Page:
09 February 2009

Doesn't fit into my (lush) life

So I'm finally reading Richard Price's LUSH LIFE, sort of. Finally, because this is the third time I have checked this member of the New York Books canon out of the library, and I don't know what I was thinking the first two, because it's really good. Sort of, because I was away all weekend and didn't bring it with me -- something that torpedoed at least my first attempt at reading Price's much acclaimed novel.

There are those who say the hardcover must be sacrificed to save the book industry; there are others who insist it must remain as the ne plus ultra of the printed word. To this latter group I say: Anyone want to carry my books for me? I'm really into LUSH LIFE so far, and yet I made no progress on it this weekend despite having ample reading time, because have you seen this book? It is a beast! I would say it's about the size and weight of 12 iPods, one of which I was also taking with me, but at least you can divide iPods among your various pieces of hand luggage. I probably would have finished it on my trip, too.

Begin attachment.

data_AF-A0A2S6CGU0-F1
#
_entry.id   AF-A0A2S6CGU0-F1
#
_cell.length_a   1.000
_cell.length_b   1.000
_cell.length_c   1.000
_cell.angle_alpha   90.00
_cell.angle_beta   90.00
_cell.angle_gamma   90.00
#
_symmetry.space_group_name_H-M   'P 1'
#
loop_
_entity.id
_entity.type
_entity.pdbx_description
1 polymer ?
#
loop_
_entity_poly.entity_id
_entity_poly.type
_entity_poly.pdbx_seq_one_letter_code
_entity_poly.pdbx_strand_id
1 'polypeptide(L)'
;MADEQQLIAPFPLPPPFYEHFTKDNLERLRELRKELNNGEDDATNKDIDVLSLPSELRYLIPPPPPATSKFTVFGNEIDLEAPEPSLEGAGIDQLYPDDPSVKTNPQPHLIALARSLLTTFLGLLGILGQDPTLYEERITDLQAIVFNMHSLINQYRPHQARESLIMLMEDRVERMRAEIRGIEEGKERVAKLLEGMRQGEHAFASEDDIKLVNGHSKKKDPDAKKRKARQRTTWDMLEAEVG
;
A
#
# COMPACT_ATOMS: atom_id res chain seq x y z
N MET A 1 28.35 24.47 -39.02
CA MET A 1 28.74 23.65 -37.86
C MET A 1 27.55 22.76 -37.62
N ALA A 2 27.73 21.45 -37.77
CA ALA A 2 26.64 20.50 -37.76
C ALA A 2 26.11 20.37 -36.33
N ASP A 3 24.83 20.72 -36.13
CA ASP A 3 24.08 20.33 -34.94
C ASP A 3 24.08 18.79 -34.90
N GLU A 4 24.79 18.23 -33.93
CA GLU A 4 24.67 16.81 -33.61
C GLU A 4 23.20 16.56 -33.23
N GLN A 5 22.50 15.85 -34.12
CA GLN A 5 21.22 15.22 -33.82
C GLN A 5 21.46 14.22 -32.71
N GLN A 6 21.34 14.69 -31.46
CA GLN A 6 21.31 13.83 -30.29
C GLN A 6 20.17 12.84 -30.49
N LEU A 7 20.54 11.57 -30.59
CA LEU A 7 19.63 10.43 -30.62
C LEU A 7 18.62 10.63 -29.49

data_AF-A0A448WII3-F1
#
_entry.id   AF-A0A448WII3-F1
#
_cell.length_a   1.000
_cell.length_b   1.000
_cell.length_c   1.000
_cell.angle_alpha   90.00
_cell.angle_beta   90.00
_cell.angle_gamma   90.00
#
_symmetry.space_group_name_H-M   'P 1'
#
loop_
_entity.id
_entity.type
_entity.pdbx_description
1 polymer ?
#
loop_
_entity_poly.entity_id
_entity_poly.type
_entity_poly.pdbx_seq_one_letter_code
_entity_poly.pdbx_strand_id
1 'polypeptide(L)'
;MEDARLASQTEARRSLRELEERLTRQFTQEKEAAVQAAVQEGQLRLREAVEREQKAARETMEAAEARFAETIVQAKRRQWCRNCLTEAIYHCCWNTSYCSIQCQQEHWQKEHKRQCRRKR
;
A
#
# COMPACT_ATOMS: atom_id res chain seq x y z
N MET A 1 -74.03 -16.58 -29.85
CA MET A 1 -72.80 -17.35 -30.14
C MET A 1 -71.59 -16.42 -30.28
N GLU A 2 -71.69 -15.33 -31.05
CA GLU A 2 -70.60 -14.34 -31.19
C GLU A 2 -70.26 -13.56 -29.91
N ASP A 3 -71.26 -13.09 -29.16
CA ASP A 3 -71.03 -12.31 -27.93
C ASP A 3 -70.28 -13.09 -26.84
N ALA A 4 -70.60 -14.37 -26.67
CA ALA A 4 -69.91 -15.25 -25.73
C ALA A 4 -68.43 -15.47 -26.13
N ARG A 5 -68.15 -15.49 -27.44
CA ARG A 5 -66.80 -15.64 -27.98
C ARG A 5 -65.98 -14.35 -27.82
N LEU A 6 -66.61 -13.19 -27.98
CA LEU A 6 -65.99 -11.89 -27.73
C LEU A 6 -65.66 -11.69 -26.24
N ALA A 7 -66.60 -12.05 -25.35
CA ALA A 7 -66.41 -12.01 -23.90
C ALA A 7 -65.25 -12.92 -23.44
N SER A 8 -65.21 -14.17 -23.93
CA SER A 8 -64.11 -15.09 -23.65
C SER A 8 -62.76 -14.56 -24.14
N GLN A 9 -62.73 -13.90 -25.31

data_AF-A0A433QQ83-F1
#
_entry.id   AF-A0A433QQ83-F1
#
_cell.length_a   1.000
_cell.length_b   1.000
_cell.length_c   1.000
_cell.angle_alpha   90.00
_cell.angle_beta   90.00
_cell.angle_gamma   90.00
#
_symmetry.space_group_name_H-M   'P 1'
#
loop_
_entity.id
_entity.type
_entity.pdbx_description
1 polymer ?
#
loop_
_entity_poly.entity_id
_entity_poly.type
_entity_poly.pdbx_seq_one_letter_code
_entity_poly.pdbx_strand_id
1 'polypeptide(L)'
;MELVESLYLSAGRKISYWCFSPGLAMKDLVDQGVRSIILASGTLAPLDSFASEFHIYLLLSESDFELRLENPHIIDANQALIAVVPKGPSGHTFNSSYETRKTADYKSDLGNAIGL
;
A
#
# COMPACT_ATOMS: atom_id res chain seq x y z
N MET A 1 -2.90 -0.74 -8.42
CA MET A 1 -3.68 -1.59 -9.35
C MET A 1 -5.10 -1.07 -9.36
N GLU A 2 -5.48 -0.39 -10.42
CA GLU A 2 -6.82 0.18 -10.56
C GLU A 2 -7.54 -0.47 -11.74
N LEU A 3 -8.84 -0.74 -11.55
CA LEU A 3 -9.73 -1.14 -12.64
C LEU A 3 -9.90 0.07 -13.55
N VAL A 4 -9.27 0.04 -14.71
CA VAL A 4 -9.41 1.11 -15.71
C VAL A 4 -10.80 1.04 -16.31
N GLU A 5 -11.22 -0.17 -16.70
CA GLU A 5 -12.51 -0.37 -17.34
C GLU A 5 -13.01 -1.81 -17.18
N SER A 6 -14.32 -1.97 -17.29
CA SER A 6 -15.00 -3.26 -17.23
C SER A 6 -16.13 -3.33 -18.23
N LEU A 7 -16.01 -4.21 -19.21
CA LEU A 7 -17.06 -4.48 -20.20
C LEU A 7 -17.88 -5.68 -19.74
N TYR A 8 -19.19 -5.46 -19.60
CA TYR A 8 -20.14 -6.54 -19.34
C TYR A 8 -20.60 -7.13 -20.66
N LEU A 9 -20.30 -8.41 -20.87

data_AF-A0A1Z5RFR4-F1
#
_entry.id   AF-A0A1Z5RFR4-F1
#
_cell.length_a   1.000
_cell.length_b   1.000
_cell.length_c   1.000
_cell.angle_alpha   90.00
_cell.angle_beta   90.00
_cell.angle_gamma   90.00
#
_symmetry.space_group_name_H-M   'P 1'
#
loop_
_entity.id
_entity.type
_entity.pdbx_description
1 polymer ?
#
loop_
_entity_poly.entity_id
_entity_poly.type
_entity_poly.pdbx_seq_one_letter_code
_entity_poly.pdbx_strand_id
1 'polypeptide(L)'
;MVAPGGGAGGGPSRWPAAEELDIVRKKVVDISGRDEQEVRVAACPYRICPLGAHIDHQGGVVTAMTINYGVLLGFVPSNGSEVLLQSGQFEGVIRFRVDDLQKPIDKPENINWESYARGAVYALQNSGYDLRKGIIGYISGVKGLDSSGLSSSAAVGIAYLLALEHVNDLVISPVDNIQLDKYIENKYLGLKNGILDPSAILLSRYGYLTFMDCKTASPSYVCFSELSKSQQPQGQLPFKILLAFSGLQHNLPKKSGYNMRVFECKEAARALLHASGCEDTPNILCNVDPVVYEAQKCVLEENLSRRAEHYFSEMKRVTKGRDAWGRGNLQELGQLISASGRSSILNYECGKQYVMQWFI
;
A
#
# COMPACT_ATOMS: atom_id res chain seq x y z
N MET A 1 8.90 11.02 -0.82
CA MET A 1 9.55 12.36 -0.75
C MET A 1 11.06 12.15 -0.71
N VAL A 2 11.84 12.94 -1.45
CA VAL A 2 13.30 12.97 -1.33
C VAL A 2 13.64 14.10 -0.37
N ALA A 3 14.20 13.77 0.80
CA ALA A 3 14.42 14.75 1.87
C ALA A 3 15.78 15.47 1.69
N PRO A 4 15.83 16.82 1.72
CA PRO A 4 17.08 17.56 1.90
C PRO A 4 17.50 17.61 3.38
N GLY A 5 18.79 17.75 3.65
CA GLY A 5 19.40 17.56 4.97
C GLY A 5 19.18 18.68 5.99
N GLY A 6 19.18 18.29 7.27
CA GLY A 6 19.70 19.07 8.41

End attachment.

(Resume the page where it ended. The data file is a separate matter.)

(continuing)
I know LUSH LIFE reaped the benefit of its hardcover presentation in one specific way: By getting a lot of positive notices from critics, which definitely contributed to my finding my (circuitous) way to the book. Some narrow-minded outlets won't even look at paperback originals; for this book, given its criminal plot, a paperback printing may have stuck it into mystery or true crime instead of getting it the attention of mainstream critics. But what I want to know is, should the hardcover be saved?


Elizabeth said...

Hardcovers are necessary for large, heavy books whose paperback covers would be ripped off during wear and tear: textbooks, cookbooks, etc.

But other than that: I don't see the point.

Also: I think long books (WAR AND PEACE, etc.) should be provided in small, manageable volumes. Because are you really going to read more than 500 pages at a time anyway? Plus, it makes me tired holding up large books if I'm reading in bed.

Emily said...

Small volumes (previous comment) are brilliant idea.

This is why it took me so long ot read "Infinite Jest"